Lita's family, whose home was in Kingsmead Street, had a lucky escape on the Saturday evening, as Lita who was staying with a friend in Newbridge Road recalls.
Lita's Own Words
Early on Saturday evening we thought it was Bristol 'having it'. Instead we realised it was Bath. My friend's mother and sisters got into a cupboard under the stairs. My friend and I lay out in the passage with pillows under our heads and waited for it. With every bomb that fell we thought it would be for us. The dresser, filled with china, fell down with such a crash. Pictures fell off the walls, ornaments smashed everywhere. It was dreadful.
Come 5.30 am and it seemed we had been spared, so not knowing my mother had gone out and stayed for the evening with her friends (they couldn't have got home with the bombing anyway), I raced home praying they would be O.K.
The largest bombs were given nicknames. In Britain, those of 1000Kg or more were often called land mines. The Germans, however gave them names: the 1000Kg was a "Hermann" and the 1800Kg bomb was called "Satan".
We all arrived at the same time to find that a land mine had gone off in Kingsmead Street. Our pet spaniel called Roger had been left in the house during the first raid, but miraculously he came out alive. He went to stay with our friends at Camden.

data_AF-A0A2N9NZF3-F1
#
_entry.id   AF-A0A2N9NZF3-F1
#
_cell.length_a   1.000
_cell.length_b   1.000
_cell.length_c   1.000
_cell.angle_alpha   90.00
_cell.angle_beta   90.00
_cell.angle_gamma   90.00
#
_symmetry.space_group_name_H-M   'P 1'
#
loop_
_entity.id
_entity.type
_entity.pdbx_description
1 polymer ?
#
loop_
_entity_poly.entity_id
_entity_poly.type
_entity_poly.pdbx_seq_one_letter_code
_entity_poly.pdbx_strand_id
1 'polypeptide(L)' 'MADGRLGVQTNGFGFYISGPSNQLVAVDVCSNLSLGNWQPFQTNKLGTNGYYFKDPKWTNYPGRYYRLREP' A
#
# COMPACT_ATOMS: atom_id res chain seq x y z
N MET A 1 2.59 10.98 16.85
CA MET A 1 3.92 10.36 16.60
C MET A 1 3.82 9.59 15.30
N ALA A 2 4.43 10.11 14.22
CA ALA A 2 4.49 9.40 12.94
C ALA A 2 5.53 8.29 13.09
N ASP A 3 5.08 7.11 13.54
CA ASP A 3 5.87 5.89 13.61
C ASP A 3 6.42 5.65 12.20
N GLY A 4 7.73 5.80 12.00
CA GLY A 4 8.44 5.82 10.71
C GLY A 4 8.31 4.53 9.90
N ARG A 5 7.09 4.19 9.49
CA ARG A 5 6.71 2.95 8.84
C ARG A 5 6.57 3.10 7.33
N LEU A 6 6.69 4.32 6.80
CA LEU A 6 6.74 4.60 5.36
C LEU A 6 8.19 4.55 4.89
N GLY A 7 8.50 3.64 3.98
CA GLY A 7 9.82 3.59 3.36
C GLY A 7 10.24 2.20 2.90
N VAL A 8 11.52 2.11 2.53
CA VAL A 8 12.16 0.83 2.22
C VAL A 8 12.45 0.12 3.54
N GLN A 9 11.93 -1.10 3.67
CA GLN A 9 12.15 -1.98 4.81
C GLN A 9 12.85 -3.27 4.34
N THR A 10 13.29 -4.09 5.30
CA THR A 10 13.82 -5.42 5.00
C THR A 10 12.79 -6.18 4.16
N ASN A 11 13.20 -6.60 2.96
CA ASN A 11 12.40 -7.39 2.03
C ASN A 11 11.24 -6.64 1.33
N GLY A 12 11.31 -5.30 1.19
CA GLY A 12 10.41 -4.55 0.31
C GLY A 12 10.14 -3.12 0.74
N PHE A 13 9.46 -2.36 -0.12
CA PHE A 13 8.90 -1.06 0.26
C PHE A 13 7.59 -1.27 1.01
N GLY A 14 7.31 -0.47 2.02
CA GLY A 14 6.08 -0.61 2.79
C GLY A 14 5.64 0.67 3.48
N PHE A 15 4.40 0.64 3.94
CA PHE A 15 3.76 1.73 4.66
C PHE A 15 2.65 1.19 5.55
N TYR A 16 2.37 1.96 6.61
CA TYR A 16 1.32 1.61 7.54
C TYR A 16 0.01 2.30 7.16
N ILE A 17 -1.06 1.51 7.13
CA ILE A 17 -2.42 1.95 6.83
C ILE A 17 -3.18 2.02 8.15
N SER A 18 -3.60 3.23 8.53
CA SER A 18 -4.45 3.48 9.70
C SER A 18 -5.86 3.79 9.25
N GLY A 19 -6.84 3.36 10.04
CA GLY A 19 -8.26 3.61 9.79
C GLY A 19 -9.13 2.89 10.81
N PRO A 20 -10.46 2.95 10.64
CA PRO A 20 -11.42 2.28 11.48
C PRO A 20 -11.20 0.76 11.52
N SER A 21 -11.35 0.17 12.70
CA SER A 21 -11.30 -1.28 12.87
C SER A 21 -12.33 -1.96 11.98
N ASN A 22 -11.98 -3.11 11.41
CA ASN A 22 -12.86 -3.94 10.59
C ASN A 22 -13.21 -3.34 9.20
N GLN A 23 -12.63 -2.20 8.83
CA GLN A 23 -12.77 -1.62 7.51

Much against the Warden's advice we got back into the rubble and found one room not too badly hit. So we gathered what furniture we could, put it into this room with the intention of sorting it out later. and went away to Camden Road.
We need not have bothered, because the next night it was fire bombed so we lost everything.
The Kingsmead Street area was very badly bombed on both nights. This is the view looking west.
Below is the view looking east. The building on the extreme left of the picture is the Red Lion public house mentioned by Kenneth.
In the German wartime archives, there is a map of the area showing potential targets. The name "Bath" is printed on the map in the Kingsmead Street area. It has been suggested that the pilots who knew that they were bombing Bath concentrated on the location where the name appeared. There is no way of knowing whether this was true though.
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